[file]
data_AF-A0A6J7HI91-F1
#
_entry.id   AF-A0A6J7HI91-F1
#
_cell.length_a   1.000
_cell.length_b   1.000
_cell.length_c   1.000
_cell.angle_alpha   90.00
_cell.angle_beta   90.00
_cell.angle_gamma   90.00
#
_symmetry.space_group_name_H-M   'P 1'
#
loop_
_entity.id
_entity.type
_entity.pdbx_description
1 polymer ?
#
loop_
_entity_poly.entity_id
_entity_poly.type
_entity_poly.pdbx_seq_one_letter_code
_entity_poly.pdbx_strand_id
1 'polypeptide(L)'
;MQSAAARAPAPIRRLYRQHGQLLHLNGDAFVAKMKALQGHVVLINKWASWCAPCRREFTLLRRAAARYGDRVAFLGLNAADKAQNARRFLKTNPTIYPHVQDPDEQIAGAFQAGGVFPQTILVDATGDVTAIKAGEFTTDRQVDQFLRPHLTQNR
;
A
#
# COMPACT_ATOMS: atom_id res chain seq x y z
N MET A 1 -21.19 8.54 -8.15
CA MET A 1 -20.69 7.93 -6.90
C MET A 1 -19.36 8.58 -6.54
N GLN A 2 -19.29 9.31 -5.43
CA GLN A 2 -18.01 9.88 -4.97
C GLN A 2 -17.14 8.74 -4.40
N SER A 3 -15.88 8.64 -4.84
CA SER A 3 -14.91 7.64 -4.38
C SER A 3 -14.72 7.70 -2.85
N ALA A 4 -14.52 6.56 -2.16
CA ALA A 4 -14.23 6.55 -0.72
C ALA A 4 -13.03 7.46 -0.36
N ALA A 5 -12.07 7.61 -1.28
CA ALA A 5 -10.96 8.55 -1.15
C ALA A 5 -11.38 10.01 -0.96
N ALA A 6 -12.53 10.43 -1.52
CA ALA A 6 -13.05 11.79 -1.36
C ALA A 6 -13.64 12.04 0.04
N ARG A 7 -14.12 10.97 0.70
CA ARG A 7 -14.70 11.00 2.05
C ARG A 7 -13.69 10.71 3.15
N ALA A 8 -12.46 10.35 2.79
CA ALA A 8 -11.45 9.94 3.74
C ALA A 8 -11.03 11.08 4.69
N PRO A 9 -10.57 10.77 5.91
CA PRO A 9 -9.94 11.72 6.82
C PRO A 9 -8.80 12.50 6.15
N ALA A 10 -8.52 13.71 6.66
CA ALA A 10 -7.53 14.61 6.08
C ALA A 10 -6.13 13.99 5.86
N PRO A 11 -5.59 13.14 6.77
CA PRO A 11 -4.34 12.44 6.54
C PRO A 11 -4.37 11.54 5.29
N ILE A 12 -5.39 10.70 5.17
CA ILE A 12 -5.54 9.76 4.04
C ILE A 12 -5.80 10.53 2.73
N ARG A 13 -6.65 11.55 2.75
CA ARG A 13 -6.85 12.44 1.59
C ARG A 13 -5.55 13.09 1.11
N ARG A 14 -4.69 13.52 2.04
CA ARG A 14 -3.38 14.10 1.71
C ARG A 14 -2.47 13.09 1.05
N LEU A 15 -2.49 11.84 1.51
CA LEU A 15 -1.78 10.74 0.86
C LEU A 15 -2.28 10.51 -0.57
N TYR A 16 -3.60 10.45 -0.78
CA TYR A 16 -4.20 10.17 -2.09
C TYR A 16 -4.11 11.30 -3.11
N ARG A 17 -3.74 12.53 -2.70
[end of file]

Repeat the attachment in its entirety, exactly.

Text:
data_AF-A0A6J7HI91-F1
#
_entry.id   AF-A0A6J7HI91-F1
#
_cell.length_a   1.000
_cell.length_b   1.000
_cell.length_c   1.000
_cell.angle_alpha   90.00
_cell.angle_beta   90.00
_cell.angle_gamma   90.00
#
_symmetry.space_group_name_H-M   'P 1'
#
loop_
_entity.id
_entity.type
_entity.pdbx_description
1 polymer ?
#
loop_
_entity_poly.entity_id
_entity_poly.type
_entity_poly.pdbx_seq_one_letter_code
_entity_poly.pdbx_strand_id
1 'polypeptide(L)'
;MQSAAARAPAPIRRLYRQHGQLLHLNGDAFVAKMKALQGHVVLINKWASWCAPCRREFTLLRRAAARYGDRVAFLGLNAADKAQNARRFLKTNPTIYPHVQDPDEQIAGAFQAGGVFPQTILVDATGDVTAIKAGEFTTDRQVDQFLRPHLTQNR
;
A
#
# COMPACT_ATOMS: atom_id res chain seq x y z
N MET A 1 -21.19 8.54 -8.15
CA MET A 1 -20.69 7.93 -6.90
C MET A 1 -19.36 8.58 -6.54
N GLN A 2 -19.29 9.31 -5.43
CA GLN A 2 -18.01 9.88 -4.97
C GLN A 2 -17.14 8.74 -4.40
N SER A 3 -15.88 8.64 -4.84
CA SER A 3 -14.91 7.64 -4.38
C SER A 3 -14.72 7.70 -2.85
N ALA A 4 -14.52 6.56 -2.16
CA ALA A 4 -14.23 6.55 -0.72
C ALA A 4 -13.03 7.46 -0.36
N ALA A 5 -12.07 7.61 -1.28
CA ALA A 5 -10.96 8.55 -1.15
C ALA A 5 -11.38 10.01 -0.96
N ALA A 6 -12.53 10.43 -1.52
CA ALA A 6 -13.05 11.79 -1.36
C ALA A 6 -13.64 12.04 0.04
N ARG A 7 -14.12 10.97 0.70
CA ARG A 7 -14.70 11.00 2.05
C ARG A 7 -13.69 10.71 3.15
N ALA A 8 -12.46 10.35 2.79
CA ALA A 8 -11.45 9.94 3.74
C ALA A 8 -11.03 11.08 4.69
N PRO A 9 -10.57 10.77 5.91
CA PRO A 9 -9.94 11.72 6.82
C PRO A 9 -8.80 12.50 6.15
N ALA A 10 -8.52 13.71 6.66
CA ALA A 10 -7.53 14.61 6.08
C ALA A 10 -6.13 13.99 5.86
N PRO A 11 -5.59 13.14 6.77
CA PRO A 11 -4.34 12.44 6.54
C PRO A 11 -4.37 11.54 5.29
N ILE A 12 -5.39 10.70 5.17
CA ILE A 12 -5.54 9.76 4.04
C ILE A 12 -5.80 10.53 2.73
N ARG A 13 -6.65 11.55 2.75
CA ARG A 13 -6.85 12.44 1.59
C ARG A 13 -5.55 13.09 1.11
N ARG A 14 -4.69 13.52 2.04
CA ARG A 14 -3.38 14.10 1.71
C ARG A 14 -2.47 13.09 1.05
N LEU A 15 -2.49 11.84 1.51
CA LEU A 15 -1.78 10.74 0.86
C LEU A 15 -2.28 10.51 -0.57
N TYR A 16 -3.60 10.45 -0.78
CA TYR A 16 -4.20 10.17 -2.09
C TYR A 16 -4.11 11.30 -3.11
N ARG A 17 -3.74 12.53 -2.70